The onus is on the independent contractor to put their clients at ease, and forming an LLC is a good way to do that because it clearly shows you’re running a business, rather than just working for another company.
Doesn’t Overly-Complicate Taxes
Unless told otherwise, the IRS treats LLCs as sole proprietorships or general partnerships for tax purposes. That means anything the LLC earns flows through it, directly to its owner(s). There’s thus no need to worry about double taxation or corporate income tax. When you file your returns, you simply attach a Schedule C, like you would if you were a sole-proprietorship, to report any profits or loss. Depending on how much you earn, you may also have to send in quarterly estimated payments — it’s a good idea to speak to a professional or use an accounting service to help you understand your obligations.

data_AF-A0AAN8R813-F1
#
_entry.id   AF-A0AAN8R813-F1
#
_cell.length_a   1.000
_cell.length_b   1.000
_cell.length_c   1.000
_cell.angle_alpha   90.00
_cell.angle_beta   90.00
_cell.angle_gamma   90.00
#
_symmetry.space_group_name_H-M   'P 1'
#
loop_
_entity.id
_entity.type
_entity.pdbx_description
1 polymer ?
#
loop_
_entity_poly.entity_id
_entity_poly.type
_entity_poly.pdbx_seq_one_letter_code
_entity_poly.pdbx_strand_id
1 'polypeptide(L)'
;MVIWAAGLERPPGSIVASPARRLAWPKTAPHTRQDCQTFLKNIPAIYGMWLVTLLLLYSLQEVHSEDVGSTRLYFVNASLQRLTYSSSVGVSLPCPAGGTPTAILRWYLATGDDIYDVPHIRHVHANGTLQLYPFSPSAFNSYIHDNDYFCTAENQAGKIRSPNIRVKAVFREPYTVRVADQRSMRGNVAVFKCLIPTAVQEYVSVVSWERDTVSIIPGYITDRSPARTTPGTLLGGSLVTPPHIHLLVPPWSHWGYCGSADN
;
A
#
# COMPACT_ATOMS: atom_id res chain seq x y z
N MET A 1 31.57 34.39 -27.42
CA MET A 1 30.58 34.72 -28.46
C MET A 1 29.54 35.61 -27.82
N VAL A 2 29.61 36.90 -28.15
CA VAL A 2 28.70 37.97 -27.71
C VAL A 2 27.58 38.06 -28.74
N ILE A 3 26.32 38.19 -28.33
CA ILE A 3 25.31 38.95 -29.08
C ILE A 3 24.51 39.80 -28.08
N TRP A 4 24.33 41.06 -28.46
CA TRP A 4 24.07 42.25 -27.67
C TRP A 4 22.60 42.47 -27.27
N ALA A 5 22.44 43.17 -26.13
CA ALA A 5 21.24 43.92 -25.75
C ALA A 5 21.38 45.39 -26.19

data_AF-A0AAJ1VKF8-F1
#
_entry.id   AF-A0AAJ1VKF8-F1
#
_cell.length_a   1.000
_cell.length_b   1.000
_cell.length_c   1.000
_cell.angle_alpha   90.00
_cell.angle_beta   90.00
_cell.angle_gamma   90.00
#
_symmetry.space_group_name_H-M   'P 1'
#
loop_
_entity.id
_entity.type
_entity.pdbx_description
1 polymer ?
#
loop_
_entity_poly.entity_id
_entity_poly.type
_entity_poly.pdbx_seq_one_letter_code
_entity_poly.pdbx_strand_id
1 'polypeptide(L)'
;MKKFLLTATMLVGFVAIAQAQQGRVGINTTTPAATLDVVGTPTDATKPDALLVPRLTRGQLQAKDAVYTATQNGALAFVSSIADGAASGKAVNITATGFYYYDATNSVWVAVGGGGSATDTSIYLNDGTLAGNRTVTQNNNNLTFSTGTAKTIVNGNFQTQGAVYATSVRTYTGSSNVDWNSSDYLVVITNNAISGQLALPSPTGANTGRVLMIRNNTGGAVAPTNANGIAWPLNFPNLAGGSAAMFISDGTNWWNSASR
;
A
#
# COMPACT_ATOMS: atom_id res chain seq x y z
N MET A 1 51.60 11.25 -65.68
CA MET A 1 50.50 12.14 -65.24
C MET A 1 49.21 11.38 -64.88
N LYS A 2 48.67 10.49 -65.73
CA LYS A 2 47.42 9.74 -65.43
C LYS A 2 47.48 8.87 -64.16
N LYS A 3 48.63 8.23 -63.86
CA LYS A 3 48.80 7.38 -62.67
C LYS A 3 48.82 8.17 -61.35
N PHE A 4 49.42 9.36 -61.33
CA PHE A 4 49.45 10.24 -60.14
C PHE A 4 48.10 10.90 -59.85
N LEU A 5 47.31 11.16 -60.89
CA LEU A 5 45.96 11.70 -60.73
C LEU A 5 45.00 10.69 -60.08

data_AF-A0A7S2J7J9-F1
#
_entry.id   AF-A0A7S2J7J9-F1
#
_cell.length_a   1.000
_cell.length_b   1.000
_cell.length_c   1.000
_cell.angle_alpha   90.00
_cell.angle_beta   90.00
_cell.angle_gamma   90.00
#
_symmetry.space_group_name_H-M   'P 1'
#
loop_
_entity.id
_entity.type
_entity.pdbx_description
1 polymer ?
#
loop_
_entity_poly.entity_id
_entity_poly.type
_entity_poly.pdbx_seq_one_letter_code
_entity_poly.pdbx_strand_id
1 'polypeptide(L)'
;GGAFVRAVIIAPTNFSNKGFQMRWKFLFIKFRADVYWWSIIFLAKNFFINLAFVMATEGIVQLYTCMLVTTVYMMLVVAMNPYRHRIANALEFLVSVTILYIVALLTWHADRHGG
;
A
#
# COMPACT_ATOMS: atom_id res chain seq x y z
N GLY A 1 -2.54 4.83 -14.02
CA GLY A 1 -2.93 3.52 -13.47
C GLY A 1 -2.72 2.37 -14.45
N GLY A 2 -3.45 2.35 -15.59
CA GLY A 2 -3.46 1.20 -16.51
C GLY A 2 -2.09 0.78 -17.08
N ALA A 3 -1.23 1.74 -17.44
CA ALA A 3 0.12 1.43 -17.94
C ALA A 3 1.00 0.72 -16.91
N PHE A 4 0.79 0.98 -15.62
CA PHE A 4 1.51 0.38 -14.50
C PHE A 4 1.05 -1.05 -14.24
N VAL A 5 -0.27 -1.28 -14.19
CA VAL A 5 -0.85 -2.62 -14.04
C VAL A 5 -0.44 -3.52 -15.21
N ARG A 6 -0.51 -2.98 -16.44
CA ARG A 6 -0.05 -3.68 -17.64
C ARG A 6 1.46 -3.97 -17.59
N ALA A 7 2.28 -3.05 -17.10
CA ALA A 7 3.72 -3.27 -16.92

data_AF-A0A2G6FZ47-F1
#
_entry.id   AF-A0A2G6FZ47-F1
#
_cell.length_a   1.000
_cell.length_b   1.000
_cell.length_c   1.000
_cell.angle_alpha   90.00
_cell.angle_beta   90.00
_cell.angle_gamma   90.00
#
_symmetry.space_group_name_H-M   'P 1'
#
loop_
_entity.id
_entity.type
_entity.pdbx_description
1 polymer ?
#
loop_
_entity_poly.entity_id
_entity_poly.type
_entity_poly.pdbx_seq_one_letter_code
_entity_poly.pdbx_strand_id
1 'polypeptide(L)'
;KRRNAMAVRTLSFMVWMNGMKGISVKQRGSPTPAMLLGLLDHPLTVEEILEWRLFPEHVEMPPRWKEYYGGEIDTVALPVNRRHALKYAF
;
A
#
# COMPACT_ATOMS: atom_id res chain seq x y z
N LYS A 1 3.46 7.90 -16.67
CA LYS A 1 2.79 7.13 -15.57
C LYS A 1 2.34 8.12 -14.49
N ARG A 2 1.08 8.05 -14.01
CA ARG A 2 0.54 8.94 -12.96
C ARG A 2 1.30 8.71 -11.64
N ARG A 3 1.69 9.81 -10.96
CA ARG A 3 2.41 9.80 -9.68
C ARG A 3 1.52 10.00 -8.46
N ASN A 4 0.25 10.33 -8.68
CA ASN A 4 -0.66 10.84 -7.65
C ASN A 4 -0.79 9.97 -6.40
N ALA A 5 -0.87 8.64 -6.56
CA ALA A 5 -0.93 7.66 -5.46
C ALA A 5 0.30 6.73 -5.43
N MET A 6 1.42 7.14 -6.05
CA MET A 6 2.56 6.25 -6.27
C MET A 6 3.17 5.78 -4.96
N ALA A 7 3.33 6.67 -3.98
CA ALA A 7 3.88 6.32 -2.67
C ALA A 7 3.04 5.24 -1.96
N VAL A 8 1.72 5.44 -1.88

It normally doesn’t take that much initial capital to get an independent contracting business up and running, but turning your business into an LLC does limit your liability for any ensuing suits or disputes. Effectively, forming an LLC turns your business into its own, separate entity. That way it’s liable for its own debts and obligations. You have a duty to see those obligations fulfilled, but forming an LLC sort of puts your personal assets into a little protective bubble, so they normally won’t be seized to pay for the company’s debt.
Read the full story at Should An Independent Contractor Form An LLC?